Fernand
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Post Re: How much in demand are males as breeders?
on: October 4, 2011, 03:51
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When you buy a bird, you never know what can happen. Some people are bird people and some are not. Some birds are also people birds and some will never be 😉 ... My senegal was raised by me but changed her mind at puberty and tooked my roomate as her mate. He really is her favorite. But I kept a wonderful relationship with her. How? By constant handlings and showing her good behaviors. Very hard with a poicephalus but possible.

Often, problems arise because of the owners themselves. Everyone want to be the favorite and is working for it. Especially with babies. And intelligent as they are, the birds clearly take advantage of it :) .

To answer your question about putting it in breeding situation, I think this is the worst that could happen to him. He was raised with humans and I am not sure if he would "understand" why he can't no longer live with them. As a cape breeder, I think they are very hard to put in pair ( maybe that's why they are so rare)... I often receive e mails from people telling me that their "perfect" pair started to fight (sometimes to death)in breeding season.

If your husband wants the bird to leave, you better find him another place with humans.

DVScottysM-
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Post Re: How much in demand are males as breeders?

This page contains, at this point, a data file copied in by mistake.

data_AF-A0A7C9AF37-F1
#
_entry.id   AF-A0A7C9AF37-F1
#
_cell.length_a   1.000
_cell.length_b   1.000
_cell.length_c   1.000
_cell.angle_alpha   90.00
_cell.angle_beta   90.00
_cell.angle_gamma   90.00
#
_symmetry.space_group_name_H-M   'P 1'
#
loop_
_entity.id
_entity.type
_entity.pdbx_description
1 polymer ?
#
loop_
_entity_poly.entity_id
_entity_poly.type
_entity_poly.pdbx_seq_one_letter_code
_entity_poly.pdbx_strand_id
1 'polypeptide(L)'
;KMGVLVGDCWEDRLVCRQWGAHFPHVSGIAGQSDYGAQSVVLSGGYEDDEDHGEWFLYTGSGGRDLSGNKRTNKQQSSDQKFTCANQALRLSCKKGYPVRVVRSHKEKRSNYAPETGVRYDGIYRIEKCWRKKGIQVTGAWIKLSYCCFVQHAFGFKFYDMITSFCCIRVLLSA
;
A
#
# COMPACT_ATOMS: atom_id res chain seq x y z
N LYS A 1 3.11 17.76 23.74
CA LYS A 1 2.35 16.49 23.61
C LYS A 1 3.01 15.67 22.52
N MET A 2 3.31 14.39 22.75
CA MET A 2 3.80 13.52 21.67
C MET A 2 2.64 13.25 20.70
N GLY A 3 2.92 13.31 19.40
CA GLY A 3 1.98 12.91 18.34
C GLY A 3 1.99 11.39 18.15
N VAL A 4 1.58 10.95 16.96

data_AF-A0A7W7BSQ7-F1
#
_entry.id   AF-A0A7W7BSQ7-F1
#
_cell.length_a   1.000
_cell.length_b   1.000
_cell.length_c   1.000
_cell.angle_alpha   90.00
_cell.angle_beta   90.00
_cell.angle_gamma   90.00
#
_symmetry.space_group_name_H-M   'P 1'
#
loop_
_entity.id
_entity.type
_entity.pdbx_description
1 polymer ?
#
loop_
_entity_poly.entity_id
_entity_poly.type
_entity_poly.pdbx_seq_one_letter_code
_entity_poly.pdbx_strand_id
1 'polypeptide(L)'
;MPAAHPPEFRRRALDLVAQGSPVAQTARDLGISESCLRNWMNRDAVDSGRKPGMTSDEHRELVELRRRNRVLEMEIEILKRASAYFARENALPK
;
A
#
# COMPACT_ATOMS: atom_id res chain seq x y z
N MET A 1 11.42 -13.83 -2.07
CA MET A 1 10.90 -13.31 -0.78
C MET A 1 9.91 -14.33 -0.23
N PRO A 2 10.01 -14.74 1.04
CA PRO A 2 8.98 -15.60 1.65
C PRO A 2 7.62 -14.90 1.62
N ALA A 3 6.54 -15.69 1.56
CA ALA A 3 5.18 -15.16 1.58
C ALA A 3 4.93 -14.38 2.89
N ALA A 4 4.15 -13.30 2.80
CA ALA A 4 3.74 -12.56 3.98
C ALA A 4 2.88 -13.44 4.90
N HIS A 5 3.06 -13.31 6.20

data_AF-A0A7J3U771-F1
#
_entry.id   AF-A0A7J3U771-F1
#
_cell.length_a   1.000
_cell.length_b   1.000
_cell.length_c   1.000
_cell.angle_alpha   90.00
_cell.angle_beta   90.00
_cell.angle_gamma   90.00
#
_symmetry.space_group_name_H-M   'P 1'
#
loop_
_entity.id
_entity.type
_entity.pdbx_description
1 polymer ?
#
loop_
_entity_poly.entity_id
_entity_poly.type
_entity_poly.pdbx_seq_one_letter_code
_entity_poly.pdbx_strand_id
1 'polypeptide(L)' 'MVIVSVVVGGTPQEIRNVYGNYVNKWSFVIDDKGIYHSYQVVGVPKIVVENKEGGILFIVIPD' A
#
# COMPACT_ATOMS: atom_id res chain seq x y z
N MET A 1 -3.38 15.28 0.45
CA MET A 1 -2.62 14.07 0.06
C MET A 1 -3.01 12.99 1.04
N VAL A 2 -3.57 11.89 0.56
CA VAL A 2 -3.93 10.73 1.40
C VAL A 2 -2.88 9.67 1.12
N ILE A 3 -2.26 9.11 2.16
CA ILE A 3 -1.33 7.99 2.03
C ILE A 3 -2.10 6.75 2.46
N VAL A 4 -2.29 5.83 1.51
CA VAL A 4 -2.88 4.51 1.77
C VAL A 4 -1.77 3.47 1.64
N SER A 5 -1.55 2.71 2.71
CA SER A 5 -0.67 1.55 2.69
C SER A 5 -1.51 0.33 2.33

on: October 5, 2011, 11:12
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Actually every time I think we're going to have a crisis, things improve... they are getting along pretty well at the moment!

Guest
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Post Re: How much in demand are males as breeders?
on: September 1, 2012, 01:26
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Yay Scotty!

luvmyrb2
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Post Re: How much in demand are males as breeders?
on: April 26, 2013, 19:40
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How is Scotty these days? Does he get along better with your husband now? Mine acts the same way with my husband, but my hubby also does not really try to work with him at all.

DVScottysM-
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Post Re: How much in demand are males as breeders?
on: May 4, 2013, 18:18
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They get along quite well these days. Scotty does sometimes play rough with him, but there doesn't seem to be any really hostility and there hasn't been bloodshed in quite some time.

He has, however, learned to say "Ouch".

luvmyrb2
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Post Re: How much in demand are males as breeders?
on: May 5, 2013, 12:20
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That's great to hear!

I'm trying to teach Louis what "gentle" means when he plays a bit too rough, but even when he pinches too hard, I still find it less painful than my smaller birds were , even with his big beak!